Wizard
lvl 1
Perception - Trained

Fortitude - Trained
Reflex - Trained
Will - Expert

Skills - trained 2+INT

Weapons - trained 6 weapons

Armor - Trained - unarmored

Spells - Trained in Arcane

Lvl to 20
2 skill increases to Expert (before level 7)
4 skill increases up to Master (before level 15)
3 skill increases to Legendary.

Spells - Arcane - Expert (12), Master (16), Legendary (19)


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That is a lot of information, but now anyone can link to it when they see people confused or pushing suggestions that would make the wizard trained in perception (and thus initiative) cringe, when the rogue with legendary proficiency at 13 get some massive bonus that they will never be able to top.

As modular as some aspects of PF2 are, it is not universal and weapon proficiencies, Armor Proficiencies, Saves, Perception, and even skill access (for the rogue) become wildly swingy when you try to make them all do more than they already are.

This isn't to say that some tweaking might not be possible, but I really suggest you try playing through the whole of the play test adventure at all the different levels, against the encounters present there, instead of hypothetical potential ones, before you make suggestions for massive changes to how these systems interact.


A bit rough that Cleric can't improve weapon prof with one of their class things. I realize not all clerics would want to boost weapons, but a lot do.


ChibiNyan wrote:
A bit rough that Cleric can't improve weapon prof with one of their class things. I realize not all clerics would want to boost weapons, but a lot do.

They can, just takes two feats instead of just one. They pick up Fighter Dedication and gain Trained in Martial Weapons and Heavy Armor. Then at 12th level they pick up Weapons Expert to get Expert in their chosen weapon type.

There is support for the concept, just more expensive.


ChibiNyan wrote:
A bit rough that Cleric can't improve weapon prof with one of their class things. I realize not all clerics would want to boost weapons, but a lot do.

In the grand scheme of things being stuck at trained is only a -3 penalty overall. That is a much better situation than Clerics were in with 3/4 BAB. Fighters get those proficiencies really fast though. I am curious about how "cool" the fighter feels in play between levels 13 and 20.


Unicore wrote:
ChibiNyan wrote:
A bit rough that Cleric can't improve weapon prof with one of their class things. I realize not all clerics would want to boost weapons, but a lot do.
In the grand scheme of things being stuck at trained is only a -3 penalty overall. That is a much better situation than Clerics were in with 3/4 BAB. Fighters get those proficiencies really fast though. I am curious about how "cool" the fighter feels in play between levels 13 and 20.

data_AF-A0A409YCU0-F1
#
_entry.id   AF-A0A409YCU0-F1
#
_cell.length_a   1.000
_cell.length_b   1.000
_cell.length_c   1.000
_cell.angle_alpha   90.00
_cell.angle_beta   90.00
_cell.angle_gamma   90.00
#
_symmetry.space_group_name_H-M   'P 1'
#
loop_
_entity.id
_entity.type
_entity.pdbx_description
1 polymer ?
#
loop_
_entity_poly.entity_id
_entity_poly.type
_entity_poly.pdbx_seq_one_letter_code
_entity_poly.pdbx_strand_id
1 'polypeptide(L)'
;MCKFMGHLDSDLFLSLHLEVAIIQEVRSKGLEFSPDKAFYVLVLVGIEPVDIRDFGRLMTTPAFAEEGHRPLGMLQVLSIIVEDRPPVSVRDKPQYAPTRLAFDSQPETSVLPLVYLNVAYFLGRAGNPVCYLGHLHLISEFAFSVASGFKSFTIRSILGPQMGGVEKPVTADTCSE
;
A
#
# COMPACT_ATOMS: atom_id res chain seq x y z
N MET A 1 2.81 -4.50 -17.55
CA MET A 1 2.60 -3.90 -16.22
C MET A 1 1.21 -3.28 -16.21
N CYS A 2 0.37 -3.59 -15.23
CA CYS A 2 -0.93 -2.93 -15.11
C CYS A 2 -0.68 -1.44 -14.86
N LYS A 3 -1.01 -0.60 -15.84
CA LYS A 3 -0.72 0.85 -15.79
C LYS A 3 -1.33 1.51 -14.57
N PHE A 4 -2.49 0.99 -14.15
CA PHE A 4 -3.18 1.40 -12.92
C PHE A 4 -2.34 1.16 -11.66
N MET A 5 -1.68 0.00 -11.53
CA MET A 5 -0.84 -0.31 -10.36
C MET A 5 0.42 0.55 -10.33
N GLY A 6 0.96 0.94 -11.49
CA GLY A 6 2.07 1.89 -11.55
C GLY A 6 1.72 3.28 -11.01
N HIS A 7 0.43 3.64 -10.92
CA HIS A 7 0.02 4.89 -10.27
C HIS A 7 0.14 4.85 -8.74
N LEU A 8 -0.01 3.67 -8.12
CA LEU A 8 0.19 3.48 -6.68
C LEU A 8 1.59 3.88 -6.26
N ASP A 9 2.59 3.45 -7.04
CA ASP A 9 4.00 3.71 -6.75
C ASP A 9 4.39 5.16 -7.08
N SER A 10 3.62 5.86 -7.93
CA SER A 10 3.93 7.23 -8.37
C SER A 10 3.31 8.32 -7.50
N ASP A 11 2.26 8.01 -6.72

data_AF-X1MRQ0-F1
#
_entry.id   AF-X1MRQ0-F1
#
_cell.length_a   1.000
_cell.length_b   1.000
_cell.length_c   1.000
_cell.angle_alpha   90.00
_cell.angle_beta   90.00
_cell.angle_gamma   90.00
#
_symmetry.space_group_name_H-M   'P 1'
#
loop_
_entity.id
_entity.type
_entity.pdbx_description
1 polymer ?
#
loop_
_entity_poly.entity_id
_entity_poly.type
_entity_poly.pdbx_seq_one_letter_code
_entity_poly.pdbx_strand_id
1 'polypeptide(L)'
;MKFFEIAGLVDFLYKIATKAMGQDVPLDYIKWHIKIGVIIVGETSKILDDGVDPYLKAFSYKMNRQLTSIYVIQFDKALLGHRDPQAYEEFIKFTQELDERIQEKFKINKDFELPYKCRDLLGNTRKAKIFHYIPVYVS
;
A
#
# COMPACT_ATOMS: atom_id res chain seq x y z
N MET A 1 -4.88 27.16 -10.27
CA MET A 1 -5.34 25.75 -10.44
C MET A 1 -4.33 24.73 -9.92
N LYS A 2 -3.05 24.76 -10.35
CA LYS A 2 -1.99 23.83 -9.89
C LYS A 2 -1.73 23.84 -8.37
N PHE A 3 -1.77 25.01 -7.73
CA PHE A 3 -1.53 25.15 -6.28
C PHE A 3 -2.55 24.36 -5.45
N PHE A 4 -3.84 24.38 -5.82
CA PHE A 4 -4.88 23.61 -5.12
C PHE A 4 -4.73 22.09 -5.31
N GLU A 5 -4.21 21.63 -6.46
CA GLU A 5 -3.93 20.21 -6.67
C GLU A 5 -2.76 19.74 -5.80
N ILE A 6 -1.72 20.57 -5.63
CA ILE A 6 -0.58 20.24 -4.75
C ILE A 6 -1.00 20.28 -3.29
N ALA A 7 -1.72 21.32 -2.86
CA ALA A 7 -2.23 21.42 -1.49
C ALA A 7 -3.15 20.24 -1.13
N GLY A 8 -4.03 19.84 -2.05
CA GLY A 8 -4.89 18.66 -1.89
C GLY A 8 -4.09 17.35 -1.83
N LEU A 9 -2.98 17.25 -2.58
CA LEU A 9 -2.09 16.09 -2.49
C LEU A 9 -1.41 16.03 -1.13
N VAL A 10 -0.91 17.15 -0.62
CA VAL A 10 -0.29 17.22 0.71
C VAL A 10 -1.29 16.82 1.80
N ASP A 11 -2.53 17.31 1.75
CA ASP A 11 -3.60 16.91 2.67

A cleric in PF1 was at most, behind by -5.

A cleric in PF2 is down at most(without multiclassing) -3.

however in PF2 a +1 is worth twice as much, so a cleric is really down the equivalent of -6.

This paired with the nerf to the buff aspect of cleric spellcasting and the reduction to their overall spells per day has made spells a non reliable buff source.

Clerics are worse in PF2 than in PF1


ChibiNyan wrote:
A bit rough that Cleric can't improve weapon prof with one of their class things. I realize not all clerics would want to boost weapons, but a lot do.

Mmm...Warrior Priest (level 14) puts their proficiency to expert in their deific weapon, as well as giving crit specialization. Looking at the levels, I also want to note that I don't think it's worth it compared to taking Weapon Proficiency as a General Feat. That's not a good scenario - a level 14 class feat compares unfavourably to a level 1 general feat.


fearcypher wrote:


This paired with the nerf to the buff aspect of cleric spellcasting and the reduction to their overall spells per day has made spells a non reliable buff source.

Clerics are worse in PF2 than in PF1

This is an interesting perspective because most of what I read about the cleric is that they are one of the classes really shining in PF2.

I think it is true that caster's generally will be less objectively powerful than in PF1 but that is a universal condition for casters and not tied to anyone class in particular.

As far as the Cleric's weapon proficiency, the Weapon Proficiency feat only gives trained. you can't increase any weapons or armor to expert with general feats, only archetype feats. General feats also can't raise saves above expert.

Getting Expert with weapon critical unlocks at level 14 without having to take a multi-class feat is probably about right in comparison to being able to get it at level 12 with the multi-class archetype.


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Unicore wrote:
fearcypher wrote:


This paired with the nerf to the buff aspect of cleric spellcasting and the reduction to their overall spells per day has made spells a non reliable buff source.

Clerics are worse in PF2 than in PF1

This is an interesting perspective because most of what I read about the cleric is that they are one of the classes really shining in PF2.

I think it is true that caster's generally will be less objectively powerful than in PF1 but that is a universal condition for casters and not tied to anyone class in particular.

As far as the Cleric's weapon proficiency, the Weapon Proficiency feat only gives trained. you can't increase any weapons or armor to expert with general feats, only archetype feats. General feats also can't raise saves above expert.

Getting Expert with weapon critical unlocks at level 14 without having to take a multi-class feat is probably about right in comparison to being able to get it at level 12 with the multi-class archetype.

I should have stated martial clerics are worse off right now. Casting clerics are having a ball, and being half decent with a weapon after they blow through the good stuff isn't necessarily a bad thing.